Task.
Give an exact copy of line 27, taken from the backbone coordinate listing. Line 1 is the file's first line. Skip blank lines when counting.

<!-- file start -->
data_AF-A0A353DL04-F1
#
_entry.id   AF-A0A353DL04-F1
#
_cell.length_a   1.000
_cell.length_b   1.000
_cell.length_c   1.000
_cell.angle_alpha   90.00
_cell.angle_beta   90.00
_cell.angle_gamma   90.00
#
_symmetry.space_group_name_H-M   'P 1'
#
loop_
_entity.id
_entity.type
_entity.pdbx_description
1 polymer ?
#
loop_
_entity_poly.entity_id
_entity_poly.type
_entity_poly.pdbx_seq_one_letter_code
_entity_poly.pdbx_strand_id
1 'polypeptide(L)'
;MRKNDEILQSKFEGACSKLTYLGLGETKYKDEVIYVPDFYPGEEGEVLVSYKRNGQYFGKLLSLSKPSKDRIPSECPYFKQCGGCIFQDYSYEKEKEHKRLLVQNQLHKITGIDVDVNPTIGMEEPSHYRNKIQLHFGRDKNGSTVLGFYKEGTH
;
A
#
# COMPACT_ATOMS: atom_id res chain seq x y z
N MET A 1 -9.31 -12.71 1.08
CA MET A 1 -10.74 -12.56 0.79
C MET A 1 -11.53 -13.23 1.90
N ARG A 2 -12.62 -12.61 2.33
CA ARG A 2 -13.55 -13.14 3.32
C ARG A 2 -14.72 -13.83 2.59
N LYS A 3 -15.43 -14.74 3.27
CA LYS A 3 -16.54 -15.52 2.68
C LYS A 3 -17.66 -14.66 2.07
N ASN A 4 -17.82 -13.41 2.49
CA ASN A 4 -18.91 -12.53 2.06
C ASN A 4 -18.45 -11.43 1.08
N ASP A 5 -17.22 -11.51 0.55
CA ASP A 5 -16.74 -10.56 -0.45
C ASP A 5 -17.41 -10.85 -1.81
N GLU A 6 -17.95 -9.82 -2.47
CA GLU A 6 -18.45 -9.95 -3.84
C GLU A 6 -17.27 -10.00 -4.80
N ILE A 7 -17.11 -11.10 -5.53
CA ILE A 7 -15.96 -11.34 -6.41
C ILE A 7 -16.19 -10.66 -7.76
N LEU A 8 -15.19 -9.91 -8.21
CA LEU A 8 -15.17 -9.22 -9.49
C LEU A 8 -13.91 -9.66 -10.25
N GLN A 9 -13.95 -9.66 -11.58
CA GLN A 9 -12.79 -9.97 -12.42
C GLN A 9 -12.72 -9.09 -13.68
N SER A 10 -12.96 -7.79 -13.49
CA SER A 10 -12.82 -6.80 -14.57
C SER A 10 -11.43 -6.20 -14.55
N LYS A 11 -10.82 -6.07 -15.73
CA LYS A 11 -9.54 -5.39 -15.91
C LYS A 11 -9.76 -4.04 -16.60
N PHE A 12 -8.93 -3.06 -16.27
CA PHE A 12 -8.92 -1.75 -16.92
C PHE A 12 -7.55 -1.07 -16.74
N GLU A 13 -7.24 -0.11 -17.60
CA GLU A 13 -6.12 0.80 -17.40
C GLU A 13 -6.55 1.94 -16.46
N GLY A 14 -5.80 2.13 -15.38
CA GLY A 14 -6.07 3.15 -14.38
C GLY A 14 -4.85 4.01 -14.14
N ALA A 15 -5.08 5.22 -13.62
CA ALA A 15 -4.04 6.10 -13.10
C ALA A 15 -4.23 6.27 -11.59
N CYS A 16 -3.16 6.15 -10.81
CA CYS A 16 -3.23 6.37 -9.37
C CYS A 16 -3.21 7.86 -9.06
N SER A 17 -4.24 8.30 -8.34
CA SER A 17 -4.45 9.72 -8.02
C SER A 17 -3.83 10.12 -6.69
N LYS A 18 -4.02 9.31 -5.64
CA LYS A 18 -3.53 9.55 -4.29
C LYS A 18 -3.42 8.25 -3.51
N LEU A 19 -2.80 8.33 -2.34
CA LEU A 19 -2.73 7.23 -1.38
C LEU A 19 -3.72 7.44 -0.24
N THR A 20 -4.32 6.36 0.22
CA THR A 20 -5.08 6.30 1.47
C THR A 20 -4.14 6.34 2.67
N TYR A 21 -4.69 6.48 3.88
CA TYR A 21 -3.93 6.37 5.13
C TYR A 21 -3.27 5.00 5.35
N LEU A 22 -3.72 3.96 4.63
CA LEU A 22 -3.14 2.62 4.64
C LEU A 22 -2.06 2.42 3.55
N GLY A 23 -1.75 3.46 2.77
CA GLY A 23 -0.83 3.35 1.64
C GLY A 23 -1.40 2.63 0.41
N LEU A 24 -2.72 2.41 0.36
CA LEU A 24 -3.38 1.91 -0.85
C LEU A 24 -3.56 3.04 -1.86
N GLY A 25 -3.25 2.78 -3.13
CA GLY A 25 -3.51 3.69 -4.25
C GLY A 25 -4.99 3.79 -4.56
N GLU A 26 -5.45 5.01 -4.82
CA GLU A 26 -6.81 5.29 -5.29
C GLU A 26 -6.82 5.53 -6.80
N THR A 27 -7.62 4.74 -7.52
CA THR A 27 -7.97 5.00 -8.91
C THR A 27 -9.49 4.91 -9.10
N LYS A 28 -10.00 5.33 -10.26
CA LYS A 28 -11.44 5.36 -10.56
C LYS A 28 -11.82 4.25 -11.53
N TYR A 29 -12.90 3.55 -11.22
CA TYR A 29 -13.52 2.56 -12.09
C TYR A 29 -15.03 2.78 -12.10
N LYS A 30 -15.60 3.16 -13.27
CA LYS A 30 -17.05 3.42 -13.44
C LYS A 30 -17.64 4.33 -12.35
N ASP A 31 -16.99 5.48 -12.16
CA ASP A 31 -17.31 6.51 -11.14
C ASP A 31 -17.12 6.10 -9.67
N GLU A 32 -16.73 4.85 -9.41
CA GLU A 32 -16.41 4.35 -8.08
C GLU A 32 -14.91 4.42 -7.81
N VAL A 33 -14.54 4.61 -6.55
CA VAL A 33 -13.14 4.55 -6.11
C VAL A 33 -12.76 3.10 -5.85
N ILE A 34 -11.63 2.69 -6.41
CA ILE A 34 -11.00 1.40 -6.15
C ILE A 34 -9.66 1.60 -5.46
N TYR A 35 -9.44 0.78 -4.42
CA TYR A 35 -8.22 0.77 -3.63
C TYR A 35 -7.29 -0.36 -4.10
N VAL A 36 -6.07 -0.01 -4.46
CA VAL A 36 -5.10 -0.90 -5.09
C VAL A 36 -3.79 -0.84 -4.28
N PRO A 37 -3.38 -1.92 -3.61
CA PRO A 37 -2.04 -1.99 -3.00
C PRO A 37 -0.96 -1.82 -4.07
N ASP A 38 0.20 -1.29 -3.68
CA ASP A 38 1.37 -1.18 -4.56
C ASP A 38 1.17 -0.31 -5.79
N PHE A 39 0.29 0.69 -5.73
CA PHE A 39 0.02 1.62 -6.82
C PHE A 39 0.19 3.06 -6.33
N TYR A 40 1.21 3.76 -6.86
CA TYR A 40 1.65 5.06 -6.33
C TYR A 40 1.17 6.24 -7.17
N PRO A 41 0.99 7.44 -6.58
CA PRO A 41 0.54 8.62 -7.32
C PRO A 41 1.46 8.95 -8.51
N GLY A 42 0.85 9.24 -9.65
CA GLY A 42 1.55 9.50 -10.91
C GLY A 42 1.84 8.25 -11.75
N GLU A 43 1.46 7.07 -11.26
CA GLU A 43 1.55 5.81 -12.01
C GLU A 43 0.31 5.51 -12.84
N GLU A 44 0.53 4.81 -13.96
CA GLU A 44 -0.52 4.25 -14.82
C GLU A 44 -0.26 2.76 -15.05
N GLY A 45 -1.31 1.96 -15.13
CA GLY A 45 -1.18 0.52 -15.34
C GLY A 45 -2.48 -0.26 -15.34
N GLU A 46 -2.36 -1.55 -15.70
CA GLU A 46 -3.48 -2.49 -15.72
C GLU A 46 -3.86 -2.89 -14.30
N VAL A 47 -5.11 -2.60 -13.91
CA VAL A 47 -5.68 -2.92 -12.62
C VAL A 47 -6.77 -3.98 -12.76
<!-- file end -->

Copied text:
;